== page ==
Wednesday, 13 October 2010

'The Tale of the Kettle: Odyssey of an Intercultural Object' by Laurier Turgeon, Laval University

'The uses to which the object was put in the culture of origin are reviewed; its transcultural pathway is retracted; and, finally, its new functions in the culture of reception are identified.  The approach is modelled on the so-called historical geographic method developed in the study of folktales. It is assumed that the material object, no less than the orally transmitted tale, bears the mark of the use made of it, and situating a single object in the context of its production and reception seems to be the most reliable way to understand the role of objects in the construction of cultural identity.'

'Objects, no less than people possess a cultural life.  Instead of dwelling on the techniques of their production or on their exchange value, i prefer to reconstruct trajectories of object to find out how they are used in the shaping of group identities.  The study of objects avoids, to some degree, the confines of the classical monograph which tends to limit the field of observation to a single group, obscuring its competitive relations with other groups.'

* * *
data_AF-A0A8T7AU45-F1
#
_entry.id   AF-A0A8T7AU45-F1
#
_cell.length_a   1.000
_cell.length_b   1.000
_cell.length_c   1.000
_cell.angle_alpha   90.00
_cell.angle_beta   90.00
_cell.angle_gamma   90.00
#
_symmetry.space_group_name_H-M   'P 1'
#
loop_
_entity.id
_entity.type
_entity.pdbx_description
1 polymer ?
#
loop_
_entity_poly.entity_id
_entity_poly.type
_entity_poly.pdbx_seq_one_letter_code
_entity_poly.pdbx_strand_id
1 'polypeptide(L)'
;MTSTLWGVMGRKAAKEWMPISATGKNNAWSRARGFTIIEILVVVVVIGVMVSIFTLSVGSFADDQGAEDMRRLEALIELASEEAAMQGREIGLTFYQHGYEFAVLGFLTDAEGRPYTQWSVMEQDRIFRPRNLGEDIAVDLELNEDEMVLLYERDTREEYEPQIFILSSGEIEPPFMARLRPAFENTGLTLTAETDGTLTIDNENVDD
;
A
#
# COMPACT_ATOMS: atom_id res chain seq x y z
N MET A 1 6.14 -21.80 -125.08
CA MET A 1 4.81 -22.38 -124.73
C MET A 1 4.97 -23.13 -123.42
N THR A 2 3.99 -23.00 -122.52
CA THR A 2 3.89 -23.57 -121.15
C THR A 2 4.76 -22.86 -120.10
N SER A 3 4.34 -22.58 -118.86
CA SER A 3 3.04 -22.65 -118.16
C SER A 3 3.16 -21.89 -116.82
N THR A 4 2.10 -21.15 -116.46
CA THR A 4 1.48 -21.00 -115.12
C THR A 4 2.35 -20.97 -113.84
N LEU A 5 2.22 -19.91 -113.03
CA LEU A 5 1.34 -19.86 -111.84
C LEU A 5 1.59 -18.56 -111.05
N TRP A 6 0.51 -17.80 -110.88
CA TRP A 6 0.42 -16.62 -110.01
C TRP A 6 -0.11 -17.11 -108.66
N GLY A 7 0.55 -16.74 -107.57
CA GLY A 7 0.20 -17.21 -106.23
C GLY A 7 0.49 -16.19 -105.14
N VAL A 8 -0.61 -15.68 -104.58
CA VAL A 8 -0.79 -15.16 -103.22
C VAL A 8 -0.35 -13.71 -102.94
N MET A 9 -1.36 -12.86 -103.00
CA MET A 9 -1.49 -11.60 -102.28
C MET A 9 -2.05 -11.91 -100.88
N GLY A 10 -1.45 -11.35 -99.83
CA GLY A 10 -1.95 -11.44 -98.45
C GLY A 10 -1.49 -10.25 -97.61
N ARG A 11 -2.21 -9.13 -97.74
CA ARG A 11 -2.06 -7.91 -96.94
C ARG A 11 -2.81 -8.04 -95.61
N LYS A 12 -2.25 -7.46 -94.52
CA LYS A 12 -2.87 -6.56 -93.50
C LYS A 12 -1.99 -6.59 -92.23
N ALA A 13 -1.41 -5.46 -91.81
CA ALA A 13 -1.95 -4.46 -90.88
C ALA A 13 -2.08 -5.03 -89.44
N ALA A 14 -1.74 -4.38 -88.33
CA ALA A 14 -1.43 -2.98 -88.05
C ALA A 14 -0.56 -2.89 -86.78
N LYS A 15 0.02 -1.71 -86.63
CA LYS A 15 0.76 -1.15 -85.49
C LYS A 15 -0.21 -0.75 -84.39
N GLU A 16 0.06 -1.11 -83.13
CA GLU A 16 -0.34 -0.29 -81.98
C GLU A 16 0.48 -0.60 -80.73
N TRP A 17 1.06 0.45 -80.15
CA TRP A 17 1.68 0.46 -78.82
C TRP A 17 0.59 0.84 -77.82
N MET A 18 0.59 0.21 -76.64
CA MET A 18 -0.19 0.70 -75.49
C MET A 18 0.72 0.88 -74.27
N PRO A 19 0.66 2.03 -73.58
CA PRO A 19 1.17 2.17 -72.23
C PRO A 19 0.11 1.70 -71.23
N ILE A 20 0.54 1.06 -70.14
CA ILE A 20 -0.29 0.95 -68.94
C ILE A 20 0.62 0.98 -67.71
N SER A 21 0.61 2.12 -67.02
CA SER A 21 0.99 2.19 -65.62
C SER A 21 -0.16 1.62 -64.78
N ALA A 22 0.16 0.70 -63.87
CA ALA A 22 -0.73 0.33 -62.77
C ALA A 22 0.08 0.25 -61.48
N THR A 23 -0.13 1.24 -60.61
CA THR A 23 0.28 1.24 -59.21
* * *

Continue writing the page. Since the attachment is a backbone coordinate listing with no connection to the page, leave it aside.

'Following the pathways of objects through time and space, from one group to another, permits us to demarcate the space within which contact has occurred and to better understand gradations of meaning as we resituate things in their cultural contexts.  The study of objects allows us access to the nonverbal expression of intercultural relations, to the concrete actions of daily life that at times remain unencumbered by words.  Words, as we know, do not say everything; they frequently deceive, or conceal more than they show, or even deflect or alter meaning.'

1 comment:

  1. The social relationships grouped around the act of making/drinking tea, conceal themselves behind the act itself deflecting the meaning of the object and interaction. A psychological and sociological analysis of tea drinking would be a more appropriate strategy to determine the language and significance of a tea cup as an everyday object. The cultural coding is the only thing that can truly define the object as what it really is, acknowledging its connections with communication and intimacy above its physical presence.